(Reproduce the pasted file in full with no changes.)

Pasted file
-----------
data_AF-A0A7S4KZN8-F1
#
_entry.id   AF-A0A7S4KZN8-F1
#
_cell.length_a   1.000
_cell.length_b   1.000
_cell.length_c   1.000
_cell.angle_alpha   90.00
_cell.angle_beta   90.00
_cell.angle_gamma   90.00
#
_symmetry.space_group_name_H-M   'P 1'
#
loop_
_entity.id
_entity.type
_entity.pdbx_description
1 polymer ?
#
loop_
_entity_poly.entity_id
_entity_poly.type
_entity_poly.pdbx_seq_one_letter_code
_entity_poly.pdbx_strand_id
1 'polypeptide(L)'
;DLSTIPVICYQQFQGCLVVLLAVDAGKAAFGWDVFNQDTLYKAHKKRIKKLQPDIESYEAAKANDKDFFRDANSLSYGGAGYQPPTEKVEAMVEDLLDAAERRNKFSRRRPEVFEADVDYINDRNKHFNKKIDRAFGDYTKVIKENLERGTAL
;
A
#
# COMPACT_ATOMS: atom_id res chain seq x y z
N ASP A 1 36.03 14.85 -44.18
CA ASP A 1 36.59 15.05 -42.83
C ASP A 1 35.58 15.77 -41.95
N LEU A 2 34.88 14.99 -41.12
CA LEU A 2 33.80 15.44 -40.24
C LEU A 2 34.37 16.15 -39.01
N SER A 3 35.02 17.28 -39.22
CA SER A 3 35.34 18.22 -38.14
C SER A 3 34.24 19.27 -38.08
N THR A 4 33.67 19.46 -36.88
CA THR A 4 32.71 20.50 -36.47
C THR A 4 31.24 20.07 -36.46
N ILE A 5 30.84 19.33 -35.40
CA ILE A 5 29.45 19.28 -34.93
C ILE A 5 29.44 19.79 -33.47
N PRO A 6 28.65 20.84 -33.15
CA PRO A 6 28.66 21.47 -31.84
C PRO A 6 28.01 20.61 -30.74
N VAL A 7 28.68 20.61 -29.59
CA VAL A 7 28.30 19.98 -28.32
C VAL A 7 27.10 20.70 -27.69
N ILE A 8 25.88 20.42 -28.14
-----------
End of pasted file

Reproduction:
data_AF-A0A7S4KZN8-F1
#
_entry.id   AF-A0A7S4KZN8-F1
#
_cell.length_a   1.000
_cell.length_b   1.000
_cell.length_c   1.000
_cell.angle_alpha   90.00
_cell.angle_beta   90.00
_cell.angle_gamma   90.00
#
_symmetry.space_group_name_H-M   'P 1'
#
loop_
_entity.id
_entity.type
_entity.pdbx_description
1 polymer ?
#
loop_
_entity_poly.entity_id
_entity_poly.type
_entity_poly.pdbx_seq_one_letter_code
_entity_poly.pdbx_strand_id
1 'polypeptide(L)'
;DLSTIPVICYQQFQGCLVVLLAVDAGKAAFGWDVFNQDTLYKAHKKRIKKLQPDIESYEAAKANDKDFFRDANSLSYGGAGYQPPTEKVEAMVEDLLDAAERRNKFSRRRPEVFEADVDYINDRNKHFNKKIDRAFGDYTKVIKENLERGTAL
;
A
#
# COMPACT_ATOMS: atom_id res chain seq x y z
N ASP A 1 36.03 14.85 -44.18
CA ASP A 1 36.59 15.05 -42.83
C ASP A 1 35.58 15.77 -41.95
N LEU A 2 34.88 14.99 -41.12
CA LEU A 2 33.80 15.44 -40.24
C LEU A 2 34.37 16.15 -39.01
N SER A 3 35.02 17.28 -39.22
CA SER A 3 35.34 18.22 -38.14
C SER A 3 34.24 19.27 -38.08
N THR A 4 33.67 19.46 -36.88
CA THR A 4 32.71 20.50 -36.47
C THR A 4 31.24 20.07 -36.46
N ILE A 5 30.84 19.33 -35.40
CA ILE A 5 29.45 19.28 -34.93
C ILE A 5 29.44 19.79 -33.47
N PRO A 6 28.65 20.84 -33.15
CA PRO A 6 28.66 21.47 -31.84
C PRO A 6 28.01 20.61 -30.74
N VAL A 7 28.68 20.61 -29.59
CA VAL A 7 28.30 19.98 -28.32
C VAL A 7 27.10 20.70 -27.69
N ILE A 8 25.88 20.42 -28.14